Thirty-five-year-old Seira P. is a mother of two. Her husband works a small farm. However, to pay the household bills and the children’s education expenses, Seira must work, too. Through her talent in weaving and crafting traditional Samoan handbags, she can contribute meaningfully to the family finances. A loan will help Seira purchase the raw materials that she needs to make these woven bags. She would use the loan to buy laupaono leaves (the leaves of a native Samoan plant used for weaving), fabric, glue sticks, knives, and needles. Seira's handbags are sold at flea markets, and the buyers are both locals and tourists.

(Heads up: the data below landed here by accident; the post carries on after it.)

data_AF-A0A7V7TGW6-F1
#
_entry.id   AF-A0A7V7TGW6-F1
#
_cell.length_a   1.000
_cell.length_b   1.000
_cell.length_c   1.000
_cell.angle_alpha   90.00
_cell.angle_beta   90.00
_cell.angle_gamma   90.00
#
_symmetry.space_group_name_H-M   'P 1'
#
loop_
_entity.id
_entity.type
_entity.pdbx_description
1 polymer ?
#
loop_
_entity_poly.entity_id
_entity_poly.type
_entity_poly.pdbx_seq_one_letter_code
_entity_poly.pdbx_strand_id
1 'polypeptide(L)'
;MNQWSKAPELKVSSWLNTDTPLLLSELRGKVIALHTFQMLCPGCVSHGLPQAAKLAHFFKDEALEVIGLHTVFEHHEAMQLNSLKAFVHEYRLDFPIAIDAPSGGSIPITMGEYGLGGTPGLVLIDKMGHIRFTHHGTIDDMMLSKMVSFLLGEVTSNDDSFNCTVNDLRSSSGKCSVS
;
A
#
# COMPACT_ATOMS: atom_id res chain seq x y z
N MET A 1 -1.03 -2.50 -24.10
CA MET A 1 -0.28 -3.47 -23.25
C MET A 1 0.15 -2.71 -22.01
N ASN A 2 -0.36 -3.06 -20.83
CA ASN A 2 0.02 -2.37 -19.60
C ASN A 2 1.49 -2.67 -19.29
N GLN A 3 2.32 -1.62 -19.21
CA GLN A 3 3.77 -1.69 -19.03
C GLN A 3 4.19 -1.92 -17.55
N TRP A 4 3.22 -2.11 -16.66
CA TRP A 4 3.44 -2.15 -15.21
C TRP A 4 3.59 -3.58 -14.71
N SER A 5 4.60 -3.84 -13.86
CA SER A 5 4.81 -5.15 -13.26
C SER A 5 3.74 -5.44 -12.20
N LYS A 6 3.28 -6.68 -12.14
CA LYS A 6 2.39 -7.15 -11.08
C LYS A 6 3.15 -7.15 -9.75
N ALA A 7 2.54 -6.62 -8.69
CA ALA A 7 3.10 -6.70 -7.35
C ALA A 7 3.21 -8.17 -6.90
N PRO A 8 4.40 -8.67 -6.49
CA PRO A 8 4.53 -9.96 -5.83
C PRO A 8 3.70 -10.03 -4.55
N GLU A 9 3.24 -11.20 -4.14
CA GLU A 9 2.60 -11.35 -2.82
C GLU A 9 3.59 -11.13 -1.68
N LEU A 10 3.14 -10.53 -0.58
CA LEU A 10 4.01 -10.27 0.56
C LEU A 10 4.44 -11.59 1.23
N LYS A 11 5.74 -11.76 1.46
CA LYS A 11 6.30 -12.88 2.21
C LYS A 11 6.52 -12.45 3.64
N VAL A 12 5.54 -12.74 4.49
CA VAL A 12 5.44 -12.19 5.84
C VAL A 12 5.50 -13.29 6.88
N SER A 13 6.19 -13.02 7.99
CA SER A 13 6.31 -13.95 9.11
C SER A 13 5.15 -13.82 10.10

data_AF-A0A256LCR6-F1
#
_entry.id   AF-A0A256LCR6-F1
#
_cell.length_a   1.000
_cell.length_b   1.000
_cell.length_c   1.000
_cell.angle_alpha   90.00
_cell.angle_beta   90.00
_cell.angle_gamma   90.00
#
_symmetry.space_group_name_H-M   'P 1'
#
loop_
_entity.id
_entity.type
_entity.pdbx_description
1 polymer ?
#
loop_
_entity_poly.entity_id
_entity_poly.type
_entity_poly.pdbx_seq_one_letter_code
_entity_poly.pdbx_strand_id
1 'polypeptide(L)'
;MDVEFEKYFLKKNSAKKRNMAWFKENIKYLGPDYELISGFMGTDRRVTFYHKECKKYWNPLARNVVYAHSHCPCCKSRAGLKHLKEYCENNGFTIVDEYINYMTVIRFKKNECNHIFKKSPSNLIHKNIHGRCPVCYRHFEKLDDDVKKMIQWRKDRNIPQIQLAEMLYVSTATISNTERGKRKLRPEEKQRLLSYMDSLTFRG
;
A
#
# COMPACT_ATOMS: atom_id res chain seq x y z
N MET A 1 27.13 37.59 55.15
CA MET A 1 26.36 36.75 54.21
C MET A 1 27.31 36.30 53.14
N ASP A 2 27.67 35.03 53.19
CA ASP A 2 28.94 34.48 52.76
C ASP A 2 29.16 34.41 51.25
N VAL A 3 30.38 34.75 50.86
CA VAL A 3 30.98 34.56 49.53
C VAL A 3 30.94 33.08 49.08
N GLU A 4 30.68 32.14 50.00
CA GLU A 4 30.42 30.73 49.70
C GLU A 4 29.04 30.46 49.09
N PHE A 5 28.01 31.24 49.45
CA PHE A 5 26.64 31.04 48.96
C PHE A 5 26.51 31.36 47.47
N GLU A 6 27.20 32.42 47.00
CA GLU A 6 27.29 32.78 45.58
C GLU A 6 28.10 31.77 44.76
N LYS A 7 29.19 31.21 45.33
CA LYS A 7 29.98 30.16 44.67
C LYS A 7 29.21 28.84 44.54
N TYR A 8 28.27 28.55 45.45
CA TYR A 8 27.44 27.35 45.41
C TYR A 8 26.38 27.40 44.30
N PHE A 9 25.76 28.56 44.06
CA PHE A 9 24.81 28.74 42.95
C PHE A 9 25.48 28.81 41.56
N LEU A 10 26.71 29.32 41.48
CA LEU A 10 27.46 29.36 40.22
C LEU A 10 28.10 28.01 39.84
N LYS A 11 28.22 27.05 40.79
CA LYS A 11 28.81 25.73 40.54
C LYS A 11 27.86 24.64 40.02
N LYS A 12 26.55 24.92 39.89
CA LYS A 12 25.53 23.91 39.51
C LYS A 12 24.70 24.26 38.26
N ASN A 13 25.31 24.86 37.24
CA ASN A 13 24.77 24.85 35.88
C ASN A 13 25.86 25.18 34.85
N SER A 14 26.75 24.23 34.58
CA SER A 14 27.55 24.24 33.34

South Pacific Business Development (SPBD) improves conditions for families living in poverty by providing accessible credit, training, and guidance to help them start, grow and maintain micro-businesses, build assets, finance home improvements, and afford to educate their children. 99% of SPBD’s loans go to women, who can borrow in groups to guarantee one another rather than put up collateral.